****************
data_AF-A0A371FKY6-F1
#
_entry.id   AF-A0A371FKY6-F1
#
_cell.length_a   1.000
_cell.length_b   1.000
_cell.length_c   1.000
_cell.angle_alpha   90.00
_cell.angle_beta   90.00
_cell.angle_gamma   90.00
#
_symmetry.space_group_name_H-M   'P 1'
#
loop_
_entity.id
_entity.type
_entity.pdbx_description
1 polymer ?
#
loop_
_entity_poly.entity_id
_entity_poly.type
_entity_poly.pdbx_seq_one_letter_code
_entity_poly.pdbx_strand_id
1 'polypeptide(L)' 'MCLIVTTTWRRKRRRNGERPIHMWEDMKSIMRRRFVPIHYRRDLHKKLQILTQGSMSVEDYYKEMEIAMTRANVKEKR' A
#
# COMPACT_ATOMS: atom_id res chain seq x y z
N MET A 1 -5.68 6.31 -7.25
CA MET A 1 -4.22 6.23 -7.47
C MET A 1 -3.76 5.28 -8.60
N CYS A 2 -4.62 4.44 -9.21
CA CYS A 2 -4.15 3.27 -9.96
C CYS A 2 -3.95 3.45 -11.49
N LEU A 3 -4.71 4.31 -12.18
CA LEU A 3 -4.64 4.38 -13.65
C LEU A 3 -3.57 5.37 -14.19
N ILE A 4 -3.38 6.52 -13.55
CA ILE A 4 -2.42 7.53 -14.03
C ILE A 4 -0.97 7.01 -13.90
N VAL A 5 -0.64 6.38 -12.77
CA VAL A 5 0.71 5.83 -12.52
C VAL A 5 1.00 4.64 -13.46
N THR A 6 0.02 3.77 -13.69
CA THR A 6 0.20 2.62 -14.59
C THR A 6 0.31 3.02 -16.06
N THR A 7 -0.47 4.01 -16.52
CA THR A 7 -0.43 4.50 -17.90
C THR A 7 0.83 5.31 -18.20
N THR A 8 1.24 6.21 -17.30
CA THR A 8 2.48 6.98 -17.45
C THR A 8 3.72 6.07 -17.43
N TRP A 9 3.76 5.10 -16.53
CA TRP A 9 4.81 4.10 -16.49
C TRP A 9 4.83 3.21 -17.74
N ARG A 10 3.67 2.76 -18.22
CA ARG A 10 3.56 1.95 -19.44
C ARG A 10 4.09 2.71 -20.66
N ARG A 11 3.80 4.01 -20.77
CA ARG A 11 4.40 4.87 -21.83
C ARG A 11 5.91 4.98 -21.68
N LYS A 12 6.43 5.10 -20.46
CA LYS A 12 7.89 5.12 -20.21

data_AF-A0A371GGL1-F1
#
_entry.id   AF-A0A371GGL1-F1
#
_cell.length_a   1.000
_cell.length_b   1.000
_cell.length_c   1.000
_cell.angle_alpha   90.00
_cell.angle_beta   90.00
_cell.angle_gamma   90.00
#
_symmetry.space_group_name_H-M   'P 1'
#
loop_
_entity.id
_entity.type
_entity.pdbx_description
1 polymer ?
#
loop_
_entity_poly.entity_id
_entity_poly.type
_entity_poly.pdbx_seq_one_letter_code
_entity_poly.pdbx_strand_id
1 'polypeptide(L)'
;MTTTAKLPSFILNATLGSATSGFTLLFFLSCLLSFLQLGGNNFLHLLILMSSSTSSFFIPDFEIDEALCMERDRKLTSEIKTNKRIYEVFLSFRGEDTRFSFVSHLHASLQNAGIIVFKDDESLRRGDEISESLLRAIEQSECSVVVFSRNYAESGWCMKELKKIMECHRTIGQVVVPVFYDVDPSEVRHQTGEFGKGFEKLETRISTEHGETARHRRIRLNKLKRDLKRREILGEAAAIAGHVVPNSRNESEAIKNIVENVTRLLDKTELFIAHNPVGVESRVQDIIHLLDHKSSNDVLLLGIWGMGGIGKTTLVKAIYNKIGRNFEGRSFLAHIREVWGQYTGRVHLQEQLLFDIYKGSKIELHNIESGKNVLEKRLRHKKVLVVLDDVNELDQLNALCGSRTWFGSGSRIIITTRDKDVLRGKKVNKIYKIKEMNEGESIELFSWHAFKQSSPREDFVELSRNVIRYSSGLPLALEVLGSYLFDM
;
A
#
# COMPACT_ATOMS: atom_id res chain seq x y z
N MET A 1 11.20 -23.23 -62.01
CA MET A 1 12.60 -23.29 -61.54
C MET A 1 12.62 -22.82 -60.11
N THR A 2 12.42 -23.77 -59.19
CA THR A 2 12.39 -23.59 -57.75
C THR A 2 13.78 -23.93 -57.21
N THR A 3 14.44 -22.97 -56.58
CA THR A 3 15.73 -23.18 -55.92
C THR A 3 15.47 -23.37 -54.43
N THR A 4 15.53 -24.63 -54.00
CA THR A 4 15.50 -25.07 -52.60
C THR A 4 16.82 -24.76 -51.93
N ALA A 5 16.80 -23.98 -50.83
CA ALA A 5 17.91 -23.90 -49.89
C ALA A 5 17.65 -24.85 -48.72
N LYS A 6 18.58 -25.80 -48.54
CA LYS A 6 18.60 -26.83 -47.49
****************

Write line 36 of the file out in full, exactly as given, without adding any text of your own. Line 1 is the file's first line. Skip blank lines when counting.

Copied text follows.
C LEU A 3 -3.57 5.37 -14.19